Arthritis affects more than 46 million adults in the United States. Not all cases are the same. In fact, there are more than 100 different types of this painful and disabling disease. Each type requires an individual treatment plan. With the proper diagnosis, you can understand your specific case and the best way to relieve the pain.
Osteoarthritis is one of the most common causes of joint pain. This is also called degenerative joint disease or degenerative arthritis and affects about 33 million Americans. This form is caused by an overuse of joints and is common in those who have participated in demanding sports or jobs are obese, and the elderly. For athletes and dancers, this can occur earlier in life, especially if there has been previous injury. Osteoarthritis in hands is frequently inherited and tends to begin to impact middle-aged women.
This type of arthritis is most common in joints that bear weight such as the spine, hips, knees and feet. It typically comes on gradually over a long period of time as the cartilage gradually breaks down. As the cartilage is worn away, the joint loses the cushioning that it provided. This loss of cushioning can make joints stiff and painful and may result in inflammation.
Symptoms of Osteoarthritis include:
- Deep, aching pain
- Difficulty and pain with movement
- Joint is warm to the touch
- Stiffness in the morning or after resting
- Swelling of the joint
- Loss of motion in the joint
Rheumatoid arthritis is inflammatory and affects more than 1.3 million Americans, 75% of which are women. This is actually an autoimmune disease which means that the immune system attacks part of the body. This can lead to joint damage and deformity.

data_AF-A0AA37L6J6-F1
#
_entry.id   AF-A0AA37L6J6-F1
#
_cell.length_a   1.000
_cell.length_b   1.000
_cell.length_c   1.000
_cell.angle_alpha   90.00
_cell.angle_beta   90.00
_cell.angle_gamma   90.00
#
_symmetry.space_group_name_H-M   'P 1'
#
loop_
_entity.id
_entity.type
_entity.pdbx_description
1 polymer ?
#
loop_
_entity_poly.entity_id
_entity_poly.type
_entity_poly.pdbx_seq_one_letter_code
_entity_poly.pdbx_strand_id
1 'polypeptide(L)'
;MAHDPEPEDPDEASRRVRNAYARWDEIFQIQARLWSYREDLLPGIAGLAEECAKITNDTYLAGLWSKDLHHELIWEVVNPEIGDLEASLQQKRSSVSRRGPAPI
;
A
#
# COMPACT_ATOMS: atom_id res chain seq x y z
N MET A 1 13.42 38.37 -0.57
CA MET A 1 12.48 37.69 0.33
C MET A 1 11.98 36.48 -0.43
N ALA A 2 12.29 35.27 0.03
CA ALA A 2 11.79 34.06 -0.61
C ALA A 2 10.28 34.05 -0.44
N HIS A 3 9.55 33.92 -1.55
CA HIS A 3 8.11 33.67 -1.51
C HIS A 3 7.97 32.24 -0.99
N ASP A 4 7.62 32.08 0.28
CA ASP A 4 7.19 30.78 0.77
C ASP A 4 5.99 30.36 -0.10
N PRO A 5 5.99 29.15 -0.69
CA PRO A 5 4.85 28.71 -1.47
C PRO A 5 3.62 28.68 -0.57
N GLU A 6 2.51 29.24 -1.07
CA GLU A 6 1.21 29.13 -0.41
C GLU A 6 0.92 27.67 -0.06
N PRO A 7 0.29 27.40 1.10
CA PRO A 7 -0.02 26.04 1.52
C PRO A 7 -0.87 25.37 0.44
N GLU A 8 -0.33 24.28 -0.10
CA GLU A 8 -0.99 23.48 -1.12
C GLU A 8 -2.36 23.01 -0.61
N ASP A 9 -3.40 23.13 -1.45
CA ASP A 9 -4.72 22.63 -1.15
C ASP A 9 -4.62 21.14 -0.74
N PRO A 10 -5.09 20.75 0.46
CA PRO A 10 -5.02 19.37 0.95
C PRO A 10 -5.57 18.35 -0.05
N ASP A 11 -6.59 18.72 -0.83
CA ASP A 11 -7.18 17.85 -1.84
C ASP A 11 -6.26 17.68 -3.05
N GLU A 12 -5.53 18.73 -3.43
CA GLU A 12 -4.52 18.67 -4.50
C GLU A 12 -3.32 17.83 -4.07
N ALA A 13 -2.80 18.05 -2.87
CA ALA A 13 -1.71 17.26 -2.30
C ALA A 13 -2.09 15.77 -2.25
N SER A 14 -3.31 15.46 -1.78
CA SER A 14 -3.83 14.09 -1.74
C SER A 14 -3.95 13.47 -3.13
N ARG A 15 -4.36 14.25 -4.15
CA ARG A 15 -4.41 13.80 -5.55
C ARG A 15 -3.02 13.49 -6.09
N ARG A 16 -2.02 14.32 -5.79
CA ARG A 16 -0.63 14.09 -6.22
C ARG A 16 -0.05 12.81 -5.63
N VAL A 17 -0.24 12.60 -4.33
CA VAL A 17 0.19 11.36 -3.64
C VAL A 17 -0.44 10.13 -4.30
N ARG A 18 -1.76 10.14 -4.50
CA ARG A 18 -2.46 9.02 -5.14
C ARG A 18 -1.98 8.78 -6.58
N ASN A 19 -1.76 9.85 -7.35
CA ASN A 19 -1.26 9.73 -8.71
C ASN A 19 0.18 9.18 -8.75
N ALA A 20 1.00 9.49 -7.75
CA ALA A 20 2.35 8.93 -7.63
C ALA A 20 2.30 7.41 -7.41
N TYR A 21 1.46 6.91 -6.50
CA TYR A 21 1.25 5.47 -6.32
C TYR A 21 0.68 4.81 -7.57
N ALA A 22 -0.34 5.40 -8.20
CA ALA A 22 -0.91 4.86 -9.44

Unlike Osteoarthritis, rheumatoid arthritis can start suddenly or come on gradually. Symptoms are often more severe and can cause stiffness and pain, fatigue, and loss of appetite. This form of arthritis is found in the upper body such as hands, wrists, elbows, jaw, neck and shoulders as well as the lower body such as feet, ankles, and knees. Sometimes it will impact just one area, other times it can affect multiple areas. Typically RA is symmetrical and if one hand is inflamed, the other will be as well.
Psoriatic arthritis is inflammation of the joints and skin with patchy raised areas. About 10% of people with psoriasis develop this. It can cause swelling of fingers and toes. Usually only one or a few joints are affected. Psoriatic arthritis typically starts between the ages of 30 and 50 and not discriminating based on sex. The skin disease and joint disease often start separately with the skin disease preceding the arthritis in 80% of patients.